Now normally I am not much of a baker, but I do love my cookies, especially cookies with wild ingredients, like these pine nut cookies.
You’ll notice a little bit of rosemary in these cookies, which can seem weird. It itsn’t. The combination of pine nuts and rosemary is a natural: pine and pine, as rosemary’s resiny, piney nature works well with the nuts.
If you want to add to the “wild” feel of these cookies, add a just a little acorn flour, too. Why? I like the whole-grain flavor you get with the flour, plus its added color and nutrition — and I like the fact that our local pine nuts grow right next to the oak trees I got these acorns from.
You can use any other darker flour and it will work just fine. Spelt, chestnut, whole wheat… you get the point.
You need to let the dough rest a while if you do use whole grain flours, though, as they need a while to hydrate. Two hours would be minimum, I’d say, and I made one batch of these cookies three days after making the dough and they were fine.
These pine nut cookies will be chewy when they come out of the oven, like chocolate chip cookies, but will crisp up as they cool. You can store them a few days at room temperature, but they never last that long here.
Most people making this recipe will use store-bought pine nuts, and while it can be difficult to find them, I highly recommend seeking out Italian Pignoli Nuts, which are of better quality than the Chinese pine nuts you usually find. If you live in the West, here’s a guide on how to gather your own pine nuts.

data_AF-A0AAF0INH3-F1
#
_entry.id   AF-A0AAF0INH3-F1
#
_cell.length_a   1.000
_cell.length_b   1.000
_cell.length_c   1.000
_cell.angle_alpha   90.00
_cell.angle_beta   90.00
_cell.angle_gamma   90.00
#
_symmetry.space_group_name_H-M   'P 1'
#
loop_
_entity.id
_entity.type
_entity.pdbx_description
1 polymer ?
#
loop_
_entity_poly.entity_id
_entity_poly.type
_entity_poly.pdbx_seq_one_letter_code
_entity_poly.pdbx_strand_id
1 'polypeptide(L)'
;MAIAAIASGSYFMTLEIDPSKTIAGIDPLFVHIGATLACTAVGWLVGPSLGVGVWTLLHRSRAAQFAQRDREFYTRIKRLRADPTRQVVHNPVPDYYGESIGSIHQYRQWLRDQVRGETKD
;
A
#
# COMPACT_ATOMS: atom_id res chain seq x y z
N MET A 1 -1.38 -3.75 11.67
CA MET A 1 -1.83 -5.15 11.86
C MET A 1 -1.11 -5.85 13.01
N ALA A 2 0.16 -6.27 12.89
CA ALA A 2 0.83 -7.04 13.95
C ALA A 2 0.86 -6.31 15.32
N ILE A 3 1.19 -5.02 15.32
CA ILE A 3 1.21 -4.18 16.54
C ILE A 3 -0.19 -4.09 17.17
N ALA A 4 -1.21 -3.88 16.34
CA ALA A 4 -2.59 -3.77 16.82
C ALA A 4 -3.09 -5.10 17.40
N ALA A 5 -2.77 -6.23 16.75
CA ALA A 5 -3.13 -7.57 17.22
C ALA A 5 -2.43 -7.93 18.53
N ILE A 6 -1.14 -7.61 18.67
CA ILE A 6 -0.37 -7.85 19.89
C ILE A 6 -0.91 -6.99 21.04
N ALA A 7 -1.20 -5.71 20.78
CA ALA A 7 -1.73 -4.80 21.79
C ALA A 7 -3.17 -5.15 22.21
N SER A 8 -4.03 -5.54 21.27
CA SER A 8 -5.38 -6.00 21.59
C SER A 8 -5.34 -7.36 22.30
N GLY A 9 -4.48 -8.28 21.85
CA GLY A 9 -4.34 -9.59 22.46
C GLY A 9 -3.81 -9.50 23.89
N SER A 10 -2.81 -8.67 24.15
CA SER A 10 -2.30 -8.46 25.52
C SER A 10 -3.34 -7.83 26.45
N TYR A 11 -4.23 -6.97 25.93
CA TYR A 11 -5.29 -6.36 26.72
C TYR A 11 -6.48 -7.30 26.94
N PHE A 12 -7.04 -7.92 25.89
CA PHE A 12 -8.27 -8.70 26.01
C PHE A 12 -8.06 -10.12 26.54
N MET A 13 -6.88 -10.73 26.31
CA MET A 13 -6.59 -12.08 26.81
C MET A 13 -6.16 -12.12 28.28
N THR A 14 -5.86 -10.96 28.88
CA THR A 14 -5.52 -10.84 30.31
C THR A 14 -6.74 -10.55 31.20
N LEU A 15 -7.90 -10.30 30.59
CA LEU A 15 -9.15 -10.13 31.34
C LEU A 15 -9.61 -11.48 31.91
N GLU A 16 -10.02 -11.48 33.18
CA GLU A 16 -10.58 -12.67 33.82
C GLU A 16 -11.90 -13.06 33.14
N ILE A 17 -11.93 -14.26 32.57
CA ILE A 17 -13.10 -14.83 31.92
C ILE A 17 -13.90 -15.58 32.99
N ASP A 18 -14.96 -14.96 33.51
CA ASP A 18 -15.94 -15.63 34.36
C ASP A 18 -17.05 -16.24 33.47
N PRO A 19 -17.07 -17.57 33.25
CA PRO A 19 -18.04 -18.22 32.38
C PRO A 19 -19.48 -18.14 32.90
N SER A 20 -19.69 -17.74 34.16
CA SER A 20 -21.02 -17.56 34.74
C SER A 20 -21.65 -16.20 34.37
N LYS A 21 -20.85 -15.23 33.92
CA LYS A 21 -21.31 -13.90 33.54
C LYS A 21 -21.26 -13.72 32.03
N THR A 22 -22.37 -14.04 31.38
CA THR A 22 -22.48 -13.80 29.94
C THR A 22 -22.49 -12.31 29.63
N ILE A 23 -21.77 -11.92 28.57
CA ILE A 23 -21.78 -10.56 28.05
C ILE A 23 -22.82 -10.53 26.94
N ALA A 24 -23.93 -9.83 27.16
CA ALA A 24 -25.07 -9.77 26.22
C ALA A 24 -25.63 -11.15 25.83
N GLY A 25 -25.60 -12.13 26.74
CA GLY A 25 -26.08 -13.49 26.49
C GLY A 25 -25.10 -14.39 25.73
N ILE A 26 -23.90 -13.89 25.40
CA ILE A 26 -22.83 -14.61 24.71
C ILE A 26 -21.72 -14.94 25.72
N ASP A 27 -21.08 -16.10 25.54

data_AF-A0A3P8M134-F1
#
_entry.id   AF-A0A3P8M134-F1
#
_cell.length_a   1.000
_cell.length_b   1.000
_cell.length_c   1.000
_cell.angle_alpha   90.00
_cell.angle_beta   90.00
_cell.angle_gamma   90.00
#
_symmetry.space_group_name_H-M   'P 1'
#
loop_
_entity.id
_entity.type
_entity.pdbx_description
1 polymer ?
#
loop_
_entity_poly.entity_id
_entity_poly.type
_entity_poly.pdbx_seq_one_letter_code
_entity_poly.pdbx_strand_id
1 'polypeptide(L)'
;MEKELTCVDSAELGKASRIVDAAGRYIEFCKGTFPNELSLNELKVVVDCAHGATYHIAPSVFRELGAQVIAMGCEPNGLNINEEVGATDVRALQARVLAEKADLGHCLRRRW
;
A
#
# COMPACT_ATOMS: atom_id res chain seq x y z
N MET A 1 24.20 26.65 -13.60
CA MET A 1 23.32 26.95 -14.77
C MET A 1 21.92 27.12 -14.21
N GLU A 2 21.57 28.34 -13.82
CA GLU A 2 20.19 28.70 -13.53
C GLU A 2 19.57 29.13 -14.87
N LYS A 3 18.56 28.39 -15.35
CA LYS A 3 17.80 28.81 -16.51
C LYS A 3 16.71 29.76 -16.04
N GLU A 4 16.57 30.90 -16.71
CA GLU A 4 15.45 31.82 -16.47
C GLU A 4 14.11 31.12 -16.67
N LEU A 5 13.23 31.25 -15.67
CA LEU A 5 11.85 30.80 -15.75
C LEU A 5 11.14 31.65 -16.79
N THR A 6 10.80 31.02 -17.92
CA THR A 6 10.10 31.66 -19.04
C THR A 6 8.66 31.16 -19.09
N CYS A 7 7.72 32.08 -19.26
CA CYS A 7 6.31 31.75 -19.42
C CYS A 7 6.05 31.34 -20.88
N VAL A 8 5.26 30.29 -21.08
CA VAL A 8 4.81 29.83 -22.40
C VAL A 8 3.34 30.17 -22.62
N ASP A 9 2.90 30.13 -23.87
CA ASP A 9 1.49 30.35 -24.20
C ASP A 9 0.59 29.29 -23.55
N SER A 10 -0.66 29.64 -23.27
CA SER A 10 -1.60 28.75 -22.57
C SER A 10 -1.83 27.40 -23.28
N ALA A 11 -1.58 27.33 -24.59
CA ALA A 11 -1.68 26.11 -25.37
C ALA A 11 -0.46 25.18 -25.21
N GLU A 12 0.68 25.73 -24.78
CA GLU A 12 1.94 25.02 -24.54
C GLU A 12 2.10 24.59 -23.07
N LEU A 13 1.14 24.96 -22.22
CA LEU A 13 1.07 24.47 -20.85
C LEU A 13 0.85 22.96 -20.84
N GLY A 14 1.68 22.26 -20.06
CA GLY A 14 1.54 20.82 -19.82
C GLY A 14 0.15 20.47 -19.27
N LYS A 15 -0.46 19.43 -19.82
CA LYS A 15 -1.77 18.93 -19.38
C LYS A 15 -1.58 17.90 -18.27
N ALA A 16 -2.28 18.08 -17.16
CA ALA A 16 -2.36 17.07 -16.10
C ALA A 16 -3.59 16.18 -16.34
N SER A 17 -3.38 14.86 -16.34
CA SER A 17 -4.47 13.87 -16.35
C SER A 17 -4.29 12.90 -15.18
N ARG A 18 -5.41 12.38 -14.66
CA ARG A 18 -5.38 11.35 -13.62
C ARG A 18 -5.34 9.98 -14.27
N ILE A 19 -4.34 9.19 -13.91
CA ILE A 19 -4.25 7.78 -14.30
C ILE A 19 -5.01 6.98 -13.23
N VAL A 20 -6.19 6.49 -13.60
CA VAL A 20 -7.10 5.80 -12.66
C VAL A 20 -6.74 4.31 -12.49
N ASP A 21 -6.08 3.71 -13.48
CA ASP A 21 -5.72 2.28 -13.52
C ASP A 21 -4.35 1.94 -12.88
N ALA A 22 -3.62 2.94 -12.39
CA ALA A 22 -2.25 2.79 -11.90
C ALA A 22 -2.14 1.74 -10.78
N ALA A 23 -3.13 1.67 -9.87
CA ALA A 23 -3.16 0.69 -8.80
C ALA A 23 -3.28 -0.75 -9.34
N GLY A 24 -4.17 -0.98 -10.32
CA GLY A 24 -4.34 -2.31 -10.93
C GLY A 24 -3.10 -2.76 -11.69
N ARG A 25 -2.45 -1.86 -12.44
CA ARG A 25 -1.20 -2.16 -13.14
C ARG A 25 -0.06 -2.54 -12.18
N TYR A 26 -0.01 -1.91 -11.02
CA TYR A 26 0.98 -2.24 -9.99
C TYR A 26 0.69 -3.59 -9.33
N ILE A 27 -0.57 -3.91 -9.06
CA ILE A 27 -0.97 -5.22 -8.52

Pine Nut Cookies
- 1 1/4 cup all-purpose flour
- 1/4 cup acorn flour or whole wheat, spelt or barley flour
- 1/2 teaspoon baking soda
- 1/2 teaspoon salt
- 3/4 cup sugar
- 1 teaspoon finely chopped fresh rosemary (optional)
- 2/3 cup pine nuts toasted
- 3/4 cup unsalted butter, at room temperature
- 1 egg
- Mix the flours, baking soda and salt together in a large bowl. Preheat your oven to 350F.
- Buzz the sugar and rosemary together in a food processor until you get rosemary sugar, about 20 to 30 seconds. Pour the mixture into a mixing bowl. Fit your mixer with a paddle attachment.
- Pulse all but 2 heaping tablespoons of the toasted pine nuts in the food processor until well crushed, but not smooth. The crushed nuts go in the cookie, the whole ones go on top of the cookie.
- Add the butter to the sugar-rosemary mixture and beat on high speed until it is fluffy, about 90 seconds. Turn off the machine, add the egg, then turn it on low and increase the speed of the mixer until the egg is combined. Add the crushed pine nuts and the flour mixture and beat until this is all combined.
- Turn the dough out onto a large piece of plastic wrap and form it into a log. The thicker the log, the wider the cookie. One to two inches in diameter is good. Wrap the dough tightly with the plastic wrap and set in the fridge for at least 2 hours, and up to 2 days. You need this resting time for the butter to harden and the flours to absorb moisture.
- Get two large cookie sheets out and slice the dough log into coins of about 1/4 inch thick. Shape them as best you can into circles (use a cutter if you have one), and press 3 to 4 whole pine nuts into each cookie.
- Bake the cookies, one sheet at a time, for 12 minutes. Let them cool on the cookie sheet for a few minutes before you move them to a rack to cool thoroughly. They should keep in an airtight container for 3 to 4 days.